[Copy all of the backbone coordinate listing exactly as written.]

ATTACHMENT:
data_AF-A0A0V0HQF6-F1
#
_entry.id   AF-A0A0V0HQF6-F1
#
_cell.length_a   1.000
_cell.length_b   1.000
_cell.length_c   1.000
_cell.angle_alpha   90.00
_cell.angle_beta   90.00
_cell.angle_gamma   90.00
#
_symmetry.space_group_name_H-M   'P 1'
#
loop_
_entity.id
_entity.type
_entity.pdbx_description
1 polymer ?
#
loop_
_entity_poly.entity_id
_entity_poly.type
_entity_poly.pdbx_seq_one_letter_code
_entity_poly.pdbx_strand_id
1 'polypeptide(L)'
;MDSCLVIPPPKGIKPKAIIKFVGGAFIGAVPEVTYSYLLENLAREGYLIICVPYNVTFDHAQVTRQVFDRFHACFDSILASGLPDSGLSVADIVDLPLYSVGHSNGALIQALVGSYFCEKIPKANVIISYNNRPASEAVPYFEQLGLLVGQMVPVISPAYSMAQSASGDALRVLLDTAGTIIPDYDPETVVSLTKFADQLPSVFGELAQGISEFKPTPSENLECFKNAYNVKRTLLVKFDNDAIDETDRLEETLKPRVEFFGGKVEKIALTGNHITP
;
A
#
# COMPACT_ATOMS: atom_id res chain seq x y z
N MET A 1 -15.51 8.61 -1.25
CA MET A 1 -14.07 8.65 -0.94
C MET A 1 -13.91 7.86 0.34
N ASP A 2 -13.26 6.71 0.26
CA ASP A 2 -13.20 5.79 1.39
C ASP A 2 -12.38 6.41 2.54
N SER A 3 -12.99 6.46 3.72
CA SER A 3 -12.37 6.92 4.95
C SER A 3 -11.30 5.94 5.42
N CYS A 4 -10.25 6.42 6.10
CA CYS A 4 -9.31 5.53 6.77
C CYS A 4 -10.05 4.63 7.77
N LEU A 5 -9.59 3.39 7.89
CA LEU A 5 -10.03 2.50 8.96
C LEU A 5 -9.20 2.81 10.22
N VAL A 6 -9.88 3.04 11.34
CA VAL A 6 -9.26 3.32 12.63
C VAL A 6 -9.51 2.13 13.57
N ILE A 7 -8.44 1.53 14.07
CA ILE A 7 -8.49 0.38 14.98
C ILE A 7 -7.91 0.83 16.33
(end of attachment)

data_AF-A0A0V0HQF6-F1
#
_entry.id   AF-A0A0V0HQF6-F1
#
_cell.length_a   1.000
_cell.length_b   1.000
_cell.length_c   1.000
_cell.angle_alpha   90.00
_cell.angle_beta   90.00
_cell.angle_gamma   90.00
#
_symmetry.space_group_name_H-M   'P 1'
#
loop_
_entity.id
_entity.type
_entity.pdbx_description
1 polymer ?
#
loop_
_entity_poly.entity_id
_entity_poly.type
_entity_poly.pdbx_seq_one_letter_code
_entity_poly.pdbx_strand_id
1 'polypeptide(L)'
;MDSCLVIPPPKGIKPKAIIKFVGGAFIGAVPEVTYSYLLENLAREGYLIICVPYNVTFDHAQVTRQVFDRFHACFDSILASGLPDSGLSVADIVDLPLYSVGHSNGALIQALVGSYFCEKIPKANVIISYNNRPASEAVPYFEQLGLLVGQMVPVISPAYSMAQSASGDALRVLLDTAGTIIPDYDPETVVSLTKFADQLPSVFGELAQGISEFKPTPSENLECFKNAYNVKRTLLVKFDNDAIDETDRLEETLKPRVEFFGGKVEKIALTGNHITP
;
A
#
# COMPACT_ATOMS: atom_id res chain seq x y z
N MET A 1 -15.51 8.61 -1.25
CA MET A 1 -14.07 8.65 -0.94
C MET A 1 -13.91 7.86 0.34
N ASP A 2 -13.26 6.71 0.26
CA ASP A 2 -13.20 5.79 1.39
C ASP A 2 -12.38 6.41 2.54
N SER A 3 -12.99 6.46 3.72
CA SER A 3 -12.37 6.92 4.95
C SER A 3 -11.30 5.94 5.42
N CYS A 4 -10.25 6.42 6.10
CA CYS A 4 -9.31 5.53 6.77
C CYS A 4 -10.05 4.63 7.77
N LEU A 5 -9.59 3.39 7.89
CA LEU A 5 -10.03 2.50 8.96
C LEU A 5 -9.20 2.81 10.22
N VAL A 6 -9.88 3.04 11.34
CA VAL A 6 -9.26 3.32 12.63
C VAL A 6 -9.51 2.13 13.57
N ILE A 7 -8.44 1.53 14.07
CA ILE A 7 -8.49 0.38 14.98
C ILE A 7 -7.91 0.83 16.33